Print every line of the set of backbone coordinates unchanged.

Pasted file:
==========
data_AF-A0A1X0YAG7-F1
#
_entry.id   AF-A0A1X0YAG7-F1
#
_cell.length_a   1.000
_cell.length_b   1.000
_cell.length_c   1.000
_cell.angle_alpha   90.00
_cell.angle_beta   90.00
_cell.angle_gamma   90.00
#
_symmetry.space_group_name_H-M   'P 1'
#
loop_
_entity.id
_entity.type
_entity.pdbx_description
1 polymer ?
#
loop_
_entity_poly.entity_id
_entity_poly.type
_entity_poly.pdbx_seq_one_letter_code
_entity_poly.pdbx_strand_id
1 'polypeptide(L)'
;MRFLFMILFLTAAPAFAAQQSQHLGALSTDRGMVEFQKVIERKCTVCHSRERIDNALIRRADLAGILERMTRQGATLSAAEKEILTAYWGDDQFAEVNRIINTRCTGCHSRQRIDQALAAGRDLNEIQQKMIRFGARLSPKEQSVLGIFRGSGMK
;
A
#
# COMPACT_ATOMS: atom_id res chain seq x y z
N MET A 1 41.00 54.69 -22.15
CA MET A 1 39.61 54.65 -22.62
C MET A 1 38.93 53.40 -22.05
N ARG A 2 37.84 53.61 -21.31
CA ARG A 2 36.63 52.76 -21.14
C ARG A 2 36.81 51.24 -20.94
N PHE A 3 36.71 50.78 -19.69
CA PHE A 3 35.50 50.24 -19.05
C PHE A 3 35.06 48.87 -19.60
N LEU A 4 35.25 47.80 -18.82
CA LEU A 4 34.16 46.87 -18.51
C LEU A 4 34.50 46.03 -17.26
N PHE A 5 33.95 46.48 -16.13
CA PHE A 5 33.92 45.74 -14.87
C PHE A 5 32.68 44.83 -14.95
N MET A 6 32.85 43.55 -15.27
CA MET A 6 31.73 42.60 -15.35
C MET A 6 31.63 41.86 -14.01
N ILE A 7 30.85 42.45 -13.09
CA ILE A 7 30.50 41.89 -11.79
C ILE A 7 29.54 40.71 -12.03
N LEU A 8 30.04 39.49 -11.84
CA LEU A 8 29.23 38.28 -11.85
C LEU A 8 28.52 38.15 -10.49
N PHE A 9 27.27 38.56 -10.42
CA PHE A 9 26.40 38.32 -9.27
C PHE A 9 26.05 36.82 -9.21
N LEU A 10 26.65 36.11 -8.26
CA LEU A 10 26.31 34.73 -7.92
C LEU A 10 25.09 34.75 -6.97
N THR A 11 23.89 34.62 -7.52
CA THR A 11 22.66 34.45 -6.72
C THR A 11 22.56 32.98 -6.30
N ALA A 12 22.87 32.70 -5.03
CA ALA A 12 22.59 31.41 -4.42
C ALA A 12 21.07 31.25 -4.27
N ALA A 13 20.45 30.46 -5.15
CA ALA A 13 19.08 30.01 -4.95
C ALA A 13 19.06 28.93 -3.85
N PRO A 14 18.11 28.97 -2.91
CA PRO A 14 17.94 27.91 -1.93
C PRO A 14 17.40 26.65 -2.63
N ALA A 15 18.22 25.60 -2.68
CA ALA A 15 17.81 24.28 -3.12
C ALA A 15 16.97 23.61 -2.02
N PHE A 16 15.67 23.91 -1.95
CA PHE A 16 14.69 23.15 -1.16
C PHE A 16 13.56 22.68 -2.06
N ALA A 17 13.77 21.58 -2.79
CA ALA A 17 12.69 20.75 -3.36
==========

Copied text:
data_AF-A0A1X0YAG7-F1
#
_entry.id   AF-A0A1X0YAG7-F1
#
_cell.length_a   1.000
_cell.length_b   1.000
_cell.length_c   1.000
_cell.angle_alpha   90.00
_cell.angle_beta   90.00
_cell.angle_gamma   90.00
#
_symmetry.space_group_name_H-M   'P 1'
#
loop_
_entity.id
_entity.type
_entity.pdbx_description
1 polymer ?
#
loop_
_entity_poly.entity_id
_entity_poly.type
_entity_poly.pdbx_seq_one_letter_code
_entity_poly.pdbx_strand_id
1 'polypeptide(L)'
;MRFLFMILFLTAAPAFAAQQSQHLGALSTDRGMVEFQKVIERKCTVCHSRERIDNALIRRADLAGILERMTRQGATLSAAEKEILTAYWGDDQFAEVNRIINTRCTGCHSRQRIDQALAAGRDLNEIQQKMIRFGARLSPKEQSVLGIFRGSGMK
;
A
#
# COMPACT_ATOMS: atom_id res chain seq x y z
N MET A 1 41.00 54.69 -22.15
CA MET A 1 39.61 54.65 -22.62
C MET A 1 38.93 53.40 -22.05
N ARG A 2 37.84 53.61 -21.31
CA ARG A 2 36.63 52.76 -21.14
C ARG A 2 36.81 51.24 -20.94
N PHE A 3 36.71 50.78 -19.69
CA PHE A 3 35.50 50.24 -19.05
C PHE A 3 35.06 48.87 -19.60
N LEU A 4 35.25 47.80 -18.82
CA LEU A 4 34.16 46.87 -18.51
C LEU A 4 34.50 46.03 -17.26
N PHE A 5 33.95 46.48 -16.13
CA PHE A 5 33.92 45.74 -14.87
C PHE A 5 32.68 44.83 -14.95
N MET A 6 32.85 43.55 -15.27
CA MET A 6 31.73 42.60 -15.35
C MET A 6 31.63 41.86 -14.01
N ILE A 7 30.85 42.45 -13.09
CA ILE A 7 30.50 41.89 -11.79
C ILE A 7 29.54 40.71 -12.03
N LEU A 8 30.04 39.49 -11.84
CA LEU A 8 29.23 38.28 -11.85
C LEU A 8 28.52 38.15 -10.49
N PHE A 9 27.27 38.56 -10.42
CA PHE A 9 26.40 38.32 -9.27
C PHE A 9 26.05 36.82 -9.21
N LEU A 10 26.65 36.11 -8.26
CA LEU A 10 26.31 34.73 -7.92
C LEU A 10 25.09 34.75 -6.97
N THR A 11 23.89 34.62 -7.52
CA THR A 11 22.66 34.45 -6.72
C THR A 11 22.56 32.98 -6.30
N ALA A 12 22.87 32.70 -5.03
CA ALA A 12 22.59 31.41 -4.42
C ALA A 12 21.07 31.25 -4.27
N ALA A 13 20.45 30.46 -5.15
CA ALA A 13 19.08 30.01 -4.95
C ALA A 13 19.06 28.93 -3.85
N PRO A 14 18.11 28.97 -2.91
CA PRO A 14 17.94 27.91 -1.93
C PRO A 14 17.40 26.65 -2.63
N ALA A 15 18.22 25.60 -2.68
CA ALA A 15 17.81 24.28 -3.12
C ALA A 15 16.97 23.61 -2.02
N PHE A 16 15.67 23.91 -1.95
CA PHE A 16 14.69 23.15 -1.16
C PHE A 16 13.56 22.68 -2.06
N ALA A 17 13.77 21.58 -2.79
CA ALA A 17 12.69 20.75 -3.36